The word is called Cynophobia, which is a debilitating fear of dogs. Because this fear is looked down upon and highly stigmatized, it is talked about very little. But it is far more common than you would expect. It is often brought on by a traumatic experience with a dog. Because I cover such massive distances hiking and running (over 4,000 kilometers in less than 7 months so far in 2021), my chances of encountering a loose dog each time I am out is extremely high. It is a fear I have to stare in the face each time I go out. Some people sadly with severe, crippling Cynophobia never hike a trail or visit a park. Which is such a shame. They miss out on so much. Nature is so therapeutic. One in twenty people suffer from Cynophobia. Using Canada’s population of 38 million, that’s a staggering 1.9 million Canadians. When it comes to other fears, snakes and spiders have never tried to threaten or attack me. So I have no fear of them. There is no logical or rational reason whatsoever to be afraid of snakes and spiders. I love seeing them and welcome them into my garden with open arms. It makes me so happy to often see garter snakes in my garden. One garter snake in particular just loves to hang out and catch some early morning sun at my solitary bee house. It gives me so much joy! Snakes and spiders also play an important role in ecological balance. The percentage of people who fear snakes (Ophidiophobia) and spiders (Arachnophobia) are much higher. One in ten people are afraid of spiders. A staggering one in three people of the world are afraid of snakes. For whatever reason, having those two fears seems to be much more accepted, and less stigmatized in society.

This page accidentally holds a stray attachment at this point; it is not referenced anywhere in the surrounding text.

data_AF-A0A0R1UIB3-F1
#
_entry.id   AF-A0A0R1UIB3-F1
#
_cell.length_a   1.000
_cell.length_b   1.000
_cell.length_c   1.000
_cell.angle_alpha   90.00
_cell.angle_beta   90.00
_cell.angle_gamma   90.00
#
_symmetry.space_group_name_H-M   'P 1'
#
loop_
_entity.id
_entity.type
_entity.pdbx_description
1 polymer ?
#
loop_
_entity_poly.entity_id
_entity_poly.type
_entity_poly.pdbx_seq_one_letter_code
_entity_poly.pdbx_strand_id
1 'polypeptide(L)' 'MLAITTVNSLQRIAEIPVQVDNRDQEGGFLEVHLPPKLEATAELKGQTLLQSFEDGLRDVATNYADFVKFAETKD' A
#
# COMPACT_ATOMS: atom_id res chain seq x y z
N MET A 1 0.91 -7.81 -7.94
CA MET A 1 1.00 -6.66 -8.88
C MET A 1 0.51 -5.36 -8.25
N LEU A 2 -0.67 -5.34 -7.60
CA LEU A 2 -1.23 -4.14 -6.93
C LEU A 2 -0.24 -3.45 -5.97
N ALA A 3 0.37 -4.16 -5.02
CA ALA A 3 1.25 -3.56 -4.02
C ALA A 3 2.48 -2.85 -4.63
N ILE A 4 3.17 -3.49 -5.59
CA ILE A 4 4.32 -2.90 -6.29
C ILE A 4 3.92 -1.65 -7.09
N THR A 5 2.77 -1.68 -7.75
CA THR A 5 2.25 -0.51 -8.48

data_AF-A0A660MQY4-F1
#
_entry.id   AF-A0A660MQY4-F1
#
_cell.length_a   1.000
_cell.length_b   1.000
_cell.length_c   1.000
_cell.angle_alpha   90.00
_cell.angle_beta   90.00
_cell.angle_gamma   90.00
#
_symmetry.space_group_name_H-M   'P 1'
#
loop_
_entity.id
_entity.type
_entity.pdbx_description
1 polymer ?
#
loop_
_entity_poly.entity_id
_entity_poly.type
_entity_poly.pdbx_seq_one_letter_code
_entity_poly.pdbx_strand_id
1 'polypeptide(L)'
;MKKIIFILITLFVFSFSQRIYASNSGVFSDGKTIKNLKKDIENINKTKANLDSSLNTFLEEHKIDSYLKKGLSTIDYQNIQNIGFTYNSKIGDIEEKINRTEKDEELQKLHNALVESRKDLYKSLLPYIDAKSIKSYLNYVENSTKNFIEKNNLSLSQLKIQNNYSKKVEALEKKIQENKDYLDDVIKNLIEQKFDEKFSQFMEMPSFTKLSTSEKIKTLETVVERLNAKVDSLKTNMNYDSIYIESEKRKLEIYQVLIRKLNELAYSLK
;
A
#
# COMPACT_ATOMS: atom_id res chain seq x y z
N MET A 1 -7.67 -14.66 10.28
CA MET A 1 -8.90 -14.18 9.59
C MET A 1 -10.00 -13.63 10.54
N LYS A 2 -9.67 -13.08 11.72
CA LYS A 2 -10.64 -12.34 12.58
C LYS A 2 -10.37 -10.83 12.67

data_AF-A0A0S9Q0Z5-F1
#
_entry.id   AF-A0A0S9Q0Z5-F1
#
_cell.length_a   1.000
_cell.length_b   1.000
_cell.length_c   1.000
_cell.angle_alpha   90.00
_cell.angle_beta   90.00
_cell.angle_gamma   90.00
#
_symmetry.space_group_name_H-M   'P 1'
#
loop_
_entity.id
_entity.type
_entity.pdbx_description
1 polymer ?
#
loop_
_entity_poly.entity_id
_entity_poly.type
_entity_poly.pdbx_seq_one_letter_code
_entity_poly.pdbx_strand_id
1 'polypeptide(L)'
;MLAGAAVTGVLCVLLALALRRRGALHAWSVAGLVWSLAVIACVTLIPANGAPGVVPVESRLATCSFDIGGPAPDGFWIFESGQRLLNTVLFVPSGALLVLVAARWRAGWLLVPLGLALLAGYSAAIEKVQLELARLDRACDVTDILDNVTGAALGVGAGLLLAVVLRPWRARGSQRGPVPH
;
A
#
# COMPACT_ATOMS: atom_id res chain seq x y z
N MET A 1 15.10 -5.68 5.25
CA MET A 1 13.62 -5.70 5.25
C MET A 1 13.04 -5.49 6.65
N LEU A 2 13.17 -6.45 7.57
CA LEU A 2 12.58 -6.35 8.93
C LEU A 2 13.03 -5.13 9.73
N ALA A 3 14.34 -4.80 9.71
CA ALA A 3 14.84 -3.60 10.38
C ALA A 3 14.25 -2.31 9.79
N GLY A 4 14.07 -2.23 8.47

After my encounter with those two out of control dogs at the 87 kilometer mark my mental energy was shot. One part of me wanted just to call my wife to pick me up. Home was only 3 kilometers away. Perhaps I could regain some energy once there to finish it off. Once home at 90k I got my wife to take a photo of the Monarch Ultra medal on me. I decided not to do an out and back like originally planned. I didn’t want to chance another encounter with a dog. I felt nauseous. Like I was going to throw up. I went outside and did several dry heaves. Then went back in the house and asked my wife if we had any soda crackers. She looked for me, but we didn’t have any. However, she did offer me a ginger ale. Which I drank. It helped. I went back into the cooler air, but my body started to shake uncontrollably.
I went back in, grabbed a jacket and went back out for my final 10k. They felt very anticlimactic kilometers. Just up and down our street many, many times. My back was painful from a friction burn, so it was really nice to not be wearing the pack. When I hit 100 kilometers there was no finishing chute to run through. No announcer calling out my name. No cheering spectators. No medal draped around my neck. No after race refreshments and celebrations. No massage table. No finishing selfie. I felt no emotions whatsoever. I continued on for another 1.5 kilometers to make it 63 miles for my 63rd birthday. Once I reached that milestone, I stopped my watch and went back inside the house. Lynne had gone to bed and the house was quiet. Before I forgot, I entered my distances on the computer for my 2 long distance virtual challenges I am running. The Great Virtual Run Across Tennessee and A Great Canadian Running Challenge. I ate a protein bar and drank another ginger ale. Then went to bed.